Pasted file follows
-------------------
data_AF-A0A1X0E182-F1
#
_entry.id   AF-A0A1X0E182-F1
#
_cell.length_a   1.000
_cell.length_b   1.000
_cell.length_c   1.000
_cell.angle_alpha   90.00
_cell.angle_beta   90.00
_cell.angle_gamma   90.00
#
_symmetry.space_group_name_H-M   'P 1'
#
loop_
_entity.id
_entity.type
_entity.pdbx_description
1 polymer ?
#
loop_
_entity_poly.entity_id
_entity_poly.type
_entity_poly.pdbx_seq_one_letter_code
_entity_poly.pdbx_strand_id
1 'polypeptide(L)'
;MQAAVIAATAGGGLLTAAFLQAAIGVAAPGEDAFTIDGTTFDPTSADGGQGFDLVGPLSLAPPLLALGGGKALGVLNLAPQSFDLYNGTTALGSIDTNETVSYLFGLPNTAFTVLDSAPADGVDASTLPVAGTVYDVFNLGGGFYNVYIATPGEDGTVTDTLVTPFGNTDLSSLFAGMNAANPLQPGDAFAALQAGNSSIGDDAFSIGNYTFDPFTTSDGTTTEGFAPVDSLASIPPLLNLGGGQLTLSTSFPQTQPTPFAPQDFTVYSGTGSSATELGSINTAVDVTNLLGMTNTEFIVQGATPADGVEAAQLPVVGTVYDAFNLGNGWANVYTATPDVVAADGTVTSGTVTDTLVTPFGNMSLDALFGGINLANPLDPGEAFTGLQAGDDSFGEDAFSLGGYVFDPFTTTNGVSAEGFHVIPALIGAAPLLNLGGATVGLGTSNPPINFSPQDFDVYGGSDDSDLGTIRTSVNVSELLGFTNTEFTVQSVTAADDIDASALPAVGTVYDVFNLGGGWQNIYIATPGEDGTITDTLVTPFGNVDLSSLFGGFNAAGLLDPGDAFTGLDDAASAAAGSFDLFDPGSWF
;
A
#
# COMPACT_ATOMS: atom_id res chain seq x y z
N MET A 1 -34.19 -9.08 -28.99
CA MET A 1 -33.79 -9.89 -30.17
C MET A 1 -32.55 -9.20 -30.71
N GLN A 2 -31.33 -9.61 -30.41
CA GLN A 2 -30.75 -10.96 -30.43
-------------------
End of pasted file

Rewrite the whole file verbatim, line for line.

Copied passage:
data_AF-A0A1X0E182-F1
#
_entry.id   AF-A0A1X0E182-F1
#
_cell.length_a   1.000
_cell.length_b   1.000
_cell.length_c   1.000
_cell.angle_alpha   90.00
_cell.angle_beta   90.00
_cell.angle_gamma   90.00
#
_symmetry.space_group_name_H-M   'P 1'
#
loop_
_entity.id
_entity.type
_entity.pdbx_description
1 polymer ?
#
loop_
_entity_poly.entity_id
_entity_poly.type
_entity_poly.pdbx_seq_one_letter_code
_entity_poly.pdbx_strand_id
1 'polypeptide(L)'
;MQAAVIAATAGGGLLTAAFLQAAIGVAAPGEDAFTIDGTTFDPTSADGGQGFDLVGPLSLAPPLLALGGGKALGVLNLAPQSFDLYNGTTALGSIDTNETVSYLFGLPNTAFTVLDSAPADGVDASTLPVAGTVYDVFNLGGGFYNVYIATPGEDGTVTDTLVTPFGNTDLSSLFAGMNAANPLQPGDAFAALQAGNSSIGDDAFSIGNYTFDPFTTSDGTTTEGFAPVDSLASIPPLLNLGGGQLTLSTSFPQTQPTPFAPQDFTVYSGTGSSATELGSINTAVDVTNLLGMTNTEFIVQGATPADGVEAAQLPVVGTVYDAFNLGNGWANVYTATPDVVAADGTVTSGTVTDTLVTPFGNMSLDALFGGINLANPLDPGEAFTGLQAGDDSFGEDAFSLGGYVFDPFTTTNGVSAEGFHVIPALIGAAPLLNLGGATVGLGTSNPPINFSPQDFDVYGGSDDSDLGTIRTSVNVSELLGFTNTEFTVQSVTAADDIDASALPAVGTVYDVFNLGGGWQNIYIATPGEDGTITDTLVTPFGNVDLSSLFGGFNAAGLLDPGDAFTGLDDAASAAAGSFDLFDPGSWF
;
A
#
# COMPACT_ATOMS: atom_id res chain seq x y z
N MET A 1 -34.19 -9.08 -28.99
CA MET A 1 -33.79 -9.89 -30.17
C MET A 1 -32.55 -9.20 -30.71
N GLN A 2 -31.33 -9.61 -30.41
CA GLN A 2 -30.75 -10.96 -30.43